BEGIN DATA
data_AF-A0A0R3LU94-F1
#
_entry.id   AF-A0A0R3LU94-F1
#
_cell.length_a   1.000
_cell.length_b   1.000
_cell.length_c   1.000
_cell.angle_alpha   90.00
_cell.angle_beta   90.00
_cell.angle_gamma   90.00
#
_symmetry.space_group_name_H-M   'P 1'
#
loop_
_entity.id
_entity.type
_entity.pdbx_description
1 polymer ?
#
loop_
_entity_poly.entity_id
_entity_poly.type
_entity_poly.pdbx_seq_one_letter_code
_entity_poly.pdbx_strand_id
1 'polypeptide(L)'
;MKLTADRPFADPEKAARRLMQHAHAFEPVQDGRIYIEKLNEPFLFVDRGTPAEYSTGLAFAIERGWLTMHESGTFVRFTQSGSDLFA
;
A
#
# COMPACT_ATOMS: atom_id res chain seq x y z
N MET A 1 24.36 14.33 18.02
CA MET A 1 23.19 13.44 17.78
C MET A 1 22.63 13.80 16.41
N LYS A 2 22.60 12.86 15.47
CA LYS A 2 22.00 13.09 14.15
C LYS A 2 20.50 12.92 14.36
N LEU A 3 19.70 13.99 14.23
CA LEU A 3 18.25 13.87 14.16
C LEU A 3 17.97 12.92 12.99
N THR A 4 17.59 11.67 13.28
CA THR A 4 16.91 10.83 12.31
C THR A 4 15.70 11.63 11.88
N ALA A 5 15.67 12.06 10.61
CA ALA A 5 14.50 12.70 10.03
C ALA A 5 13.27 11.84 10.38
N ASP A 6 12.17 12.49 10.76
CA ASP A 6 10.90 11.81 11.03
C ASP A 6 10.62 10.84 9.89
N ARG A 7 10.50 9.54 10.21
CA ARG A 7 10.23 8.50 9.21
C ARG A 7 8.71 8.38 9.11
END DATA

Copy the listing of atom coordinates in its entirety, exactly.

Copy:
data_AF-A0A0R3LU94-F1
#
_entry.id   AF-A0A0R3LU94-F1
#
_cell.length_a   1.000
_cell.length_b   1.000
_cell.length_c   1.000
_cell.angle_alpha   90.00
_cell.angle_beta   90.00
_cell.angle_gamma   90.00
#
_symmetry.space_group_name_H-M   'P 1'
#
loop_
_entity.id
_entity.type
_entity.pdbx_description
1 polymer ?
#
loop_
_entity_poly.entity_id
_entity_poly.type
_entity_poly.pdbx_seq_one_letter_code
_entity_poly.pdbx_strand_id
1 'polypeptide(L)'
;MKLTADRPFADPEKAARRLMQHAHAFEPVQDGRIYIEKLNEPFLFVDRGTPAEYSTGLAFAIERGWLTMHESGTFVRFTQSGSDLFA
;
A
#
# COMPACT_ATOMS: atom_id res chain seq x y z
N MET A 1 24.36 14.33 18.02
CA MET A 1 23.19 13.44 17.78
C MET A 1 22.63 13.80 16.41
N LYS A 2 22.60 12.86 15.47
CA LYS A 2 22.00 13.09 14.15
C LYS A 2 20.50 12.92 14.36
N LEU A 3 19.70 13.99 14.23
CA LEU A 3 18.25 13.87 14.16
C LEU A 3 17.97 12.92 12.99
N THR A 4 17.59 11.67 13.28
CA THR A 4 16.91 10.83 12.31
C THR A 4 15.70 11.63 11.88
N ALA A 5 15.67 12.06 10.61
CA ALA A 5 14.50 12.70 10.03
C ALA A 5 13.27 11.84 10.38
N ASP A 6 12.17 12.49 10.76
CA ASP A 6 10.90 11.81 11.03
C ASP A 6 10.62 10.84 9.89
N ARG A 7 10.50 9.54 10.21
CA ARG A 7 10.23 8.50 9.21
C ARG A 7 8.71 8.38 9.11